Kill NYSC? Why?
A couple of years ago a man I respect endlessly for his courage and patriotic activism, Professor Itse Sagay allowed his tongue to produce some unkind words about the National Youth Service Corps (NYSC). This was because a woman I also admired for her efficient management of our financial resources Ms Kemi Adeosun had gotten herself fooled by some crooks who acquired for her a fake NYSC exemption certificate. I identified sympathetically with her plight but I knew that if we wanted to build a fair and just society we must adhere to the rules of decent behaviour. When Sagay rose stoutly in her defence by pronouncing the NYSC as worthless I knew that he was just playing politics for the wrong reason. I wrote an article at that time defending the NYSC programme for its edifying and unifying credentials.
I wasn’t doing so simply because I had served in the inaugural segment of the scheme in 1973. I genuinely believed that what General Yakubu Gowon did by putting the scheme together outlasted his vision of uniting Nigeria after the disastrous 30 month civil war. This country of diversity in culture, religion, language and traditions needs such a unifying scheme as the NYSC programme even more at this time that other institutions have been thoroughly desecrated.
Perhaps the only other unifying institution that is still standing on its toes without being bastardised is the unity school. Others such as the Federal Character Commission and the Armed Forces have been severely compromised by the forces of ethnicity, religiosity and partisanship and they lack today the credentials of national unifying institutions.
I perked up my ears to learn something when I came into contact with the information that a federal legislator had put a bill in the pipeline asking for the NYSC programme to be abolished. Most newspapers seem to have ignored the ridiculous idea apparently because it is a worthless proposition especially at this time when there are many pressing and urgent matters dying for legislative attention.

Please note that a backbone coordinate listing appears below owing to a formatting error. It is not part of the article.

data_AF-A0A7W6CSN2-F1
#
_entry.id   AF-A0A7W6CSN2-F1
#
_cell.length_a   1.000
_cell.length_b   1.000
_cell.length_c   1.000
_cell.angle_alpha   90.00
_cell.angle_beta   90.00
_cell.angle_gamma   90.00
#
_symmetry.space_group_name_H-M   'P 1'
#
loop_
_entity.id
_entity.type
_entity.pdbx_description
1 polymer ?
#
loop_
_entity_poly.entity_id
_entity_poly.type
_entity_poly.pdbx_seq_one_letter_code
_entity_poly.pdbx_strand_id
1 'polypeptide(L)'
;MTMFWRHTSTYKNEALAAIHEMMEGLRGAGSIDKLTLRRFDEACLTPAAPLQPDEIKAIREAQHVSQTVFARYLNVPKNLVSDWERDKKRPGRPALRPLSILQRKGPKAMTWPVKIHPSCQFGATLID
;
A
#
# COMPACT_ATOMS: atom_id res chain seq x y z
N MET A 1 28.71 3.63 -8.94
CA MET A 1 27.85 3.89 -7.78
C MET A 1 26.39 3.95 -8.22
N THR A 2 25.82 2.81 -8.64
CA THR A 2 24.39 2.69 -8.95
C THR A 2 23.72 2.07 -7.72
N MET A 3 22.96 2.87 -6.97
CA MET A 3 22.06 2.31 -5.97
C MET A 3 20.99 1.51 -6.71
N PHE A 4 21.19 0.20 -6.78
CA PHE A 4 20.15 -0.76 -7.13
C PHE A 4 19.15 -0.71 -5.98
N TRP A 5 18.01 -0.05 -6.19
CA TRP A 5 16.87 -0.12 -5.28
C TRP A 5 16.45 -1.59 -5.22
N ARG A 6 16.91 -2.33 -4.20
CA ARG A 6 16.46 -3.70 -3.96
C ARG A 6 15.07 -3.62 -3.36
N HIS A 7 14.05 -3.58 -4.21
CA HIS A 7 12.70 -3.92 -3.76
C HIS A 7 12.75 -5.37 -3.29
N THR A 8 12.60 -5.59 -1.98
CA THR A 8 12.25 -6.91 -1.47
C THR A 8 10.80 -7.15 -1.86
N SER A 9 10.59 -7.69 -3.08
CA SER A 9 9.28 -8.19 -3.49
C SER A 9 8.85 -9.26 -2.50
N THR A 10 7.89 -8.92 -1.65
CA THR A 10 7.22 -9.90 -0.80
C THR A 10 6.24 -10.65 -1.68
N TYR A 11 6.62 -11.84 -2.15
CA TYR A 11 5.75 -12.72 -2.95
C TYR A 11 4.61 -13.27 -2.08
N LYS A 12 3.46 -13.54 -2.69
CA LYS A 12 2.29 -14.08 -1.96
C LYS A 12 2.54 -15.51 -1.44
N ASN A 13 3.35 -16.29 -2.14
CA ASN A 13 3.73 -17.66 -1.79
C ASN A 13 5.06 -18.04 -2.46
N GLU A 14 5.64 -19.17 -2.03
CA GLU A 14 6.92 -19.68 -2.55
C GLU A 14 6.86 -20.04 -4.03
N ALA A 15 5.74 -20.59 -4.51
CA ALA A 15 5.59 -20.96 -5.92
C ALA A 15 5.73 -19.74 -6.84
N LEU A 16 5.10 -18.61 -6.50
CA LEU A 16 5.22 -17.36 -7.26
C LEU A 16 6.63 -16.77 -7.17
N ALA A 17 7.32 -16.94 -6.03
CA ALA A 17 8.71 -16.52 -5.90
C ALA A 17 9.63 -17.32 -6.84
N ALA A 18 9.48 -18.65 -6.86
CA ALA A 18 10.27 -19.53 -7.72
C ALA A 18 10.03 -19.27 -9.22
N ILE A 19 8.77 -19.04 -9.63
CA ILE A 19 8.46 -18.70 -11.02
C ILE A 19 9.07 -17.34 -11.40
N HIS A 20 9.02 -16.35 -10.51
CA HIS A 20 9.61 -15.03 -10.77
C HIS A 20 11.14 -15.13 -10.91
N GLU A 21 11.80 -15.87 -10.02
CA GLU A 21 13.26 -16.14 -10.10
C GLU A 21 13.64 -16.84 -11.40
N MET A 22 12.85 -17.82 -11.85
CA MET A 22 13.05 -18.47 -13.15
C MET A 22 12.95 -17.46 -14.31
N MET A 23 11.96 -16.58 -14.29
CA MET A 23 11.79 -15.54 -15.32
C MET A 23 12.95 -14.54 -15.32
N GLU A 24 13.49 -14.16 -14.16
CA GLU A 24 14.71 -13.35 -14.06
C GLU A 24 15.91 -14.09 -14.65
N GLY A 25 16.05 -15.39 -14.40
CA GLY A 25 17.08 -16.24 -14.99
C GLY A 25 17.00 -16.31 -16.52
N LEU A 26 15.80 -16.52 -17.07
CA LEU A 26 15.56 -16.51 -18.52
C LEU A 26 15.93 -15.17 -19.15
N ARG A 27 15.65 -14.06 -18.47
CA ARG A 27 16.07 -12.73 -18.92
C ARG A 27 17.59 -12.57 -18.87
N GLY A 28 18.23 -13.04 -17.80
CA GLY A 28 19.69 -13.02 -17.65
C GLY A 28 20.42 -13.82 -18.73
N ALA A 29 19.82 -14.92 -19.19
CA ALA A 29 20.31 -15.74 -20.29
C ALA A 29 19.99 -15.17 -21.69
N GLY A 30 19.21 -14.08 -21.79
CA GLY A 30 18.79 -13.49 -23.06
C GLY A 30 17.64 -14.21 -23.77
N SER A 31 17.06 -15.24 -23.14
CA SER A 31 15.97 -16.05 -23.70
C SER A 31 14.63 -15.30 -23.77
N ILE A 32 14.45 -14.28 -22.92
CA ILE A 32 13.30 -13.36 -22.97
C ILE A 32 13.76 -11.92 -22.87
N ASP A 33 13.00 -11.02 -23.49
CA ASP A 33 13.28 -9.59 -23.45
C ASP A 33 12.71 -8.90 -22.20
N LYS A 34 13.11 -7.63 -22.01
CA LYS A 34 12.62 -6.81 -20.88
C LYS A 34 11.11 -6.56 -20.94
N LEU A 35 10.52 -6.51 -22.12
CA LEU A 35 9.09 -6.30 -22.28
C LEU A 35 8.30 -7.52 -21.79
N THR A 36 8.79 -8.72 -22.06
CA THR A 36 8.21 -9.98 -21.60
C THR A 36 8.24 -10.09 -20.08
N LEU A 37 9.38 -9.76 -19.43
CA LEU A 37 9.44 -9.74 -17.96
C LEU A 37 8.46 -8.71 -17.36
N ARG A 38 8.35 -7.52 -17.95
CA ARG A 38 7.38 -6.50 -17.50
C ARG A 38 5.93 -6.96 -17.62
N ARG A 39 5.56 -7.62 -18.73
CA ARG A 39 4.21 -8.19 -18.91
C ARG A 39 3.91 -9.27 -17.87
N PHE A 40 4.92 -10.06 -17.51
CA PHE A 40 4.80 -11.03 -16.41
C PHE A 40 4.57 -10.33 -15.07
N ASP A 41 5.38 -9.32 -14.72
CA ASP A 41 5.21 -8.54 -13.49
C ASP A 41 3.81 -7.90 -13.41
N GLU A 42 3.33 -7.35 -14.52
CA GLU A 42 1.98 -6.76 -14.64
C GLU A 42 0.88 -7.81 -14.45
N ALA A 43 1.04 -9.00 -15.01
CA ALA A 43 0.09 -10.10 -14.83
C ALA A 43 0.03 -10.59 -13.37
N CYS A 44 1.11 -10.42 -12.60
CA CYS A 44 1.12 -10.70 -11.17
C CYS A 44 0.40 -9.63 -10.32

However, when I read the interview granted to the Sunday Punch of May 30, 2021 by the Representative from Andoni/Opobo/Nkoro Federal Constituency of Rivers State, Mr Awaji-Inombek Abiante, I knew why the issue has not received any robust attention in the media. In terms of timing the bill is very inauspicious for three reasons. One, Nigeria is falling apart right now and this is therefore not the time to excavate its foundation further by asking for the abrogation of the NYSC scheme. Two, Nigerians are searching for solutions to Nigeria’s problems by trooping to various towns and cities to make their contributions for the salvaging of Nigeria through a Constitutional review. Three, the talk of NYSC abrogation looks like a non-issue now with the battery of issues crying for legislative and administrative attention today.
Here is my short list of issues that demand more urgent attention than the NYSC right now: security, restructuring, debt, diversity, unemployment, poverty, education, health, electoral reforms, price of petrol, PIB, solid minerals utilisation, state police, devolution of powers, gas flaring, kidnapping, safe schools project, out of school children, drug prevalence among youths and accountable governance etc.
All of those issues weigh on my scale higher than the NYSC programme which, warts and all, is more helpful than harmful to Nigeria. When I read Mr Abiante’s interview in the Sunday Punch I knew that his field of vision is very narrow and I could not share his sunny optimism that Nigeria will be better off without the NYSC scheme than with it.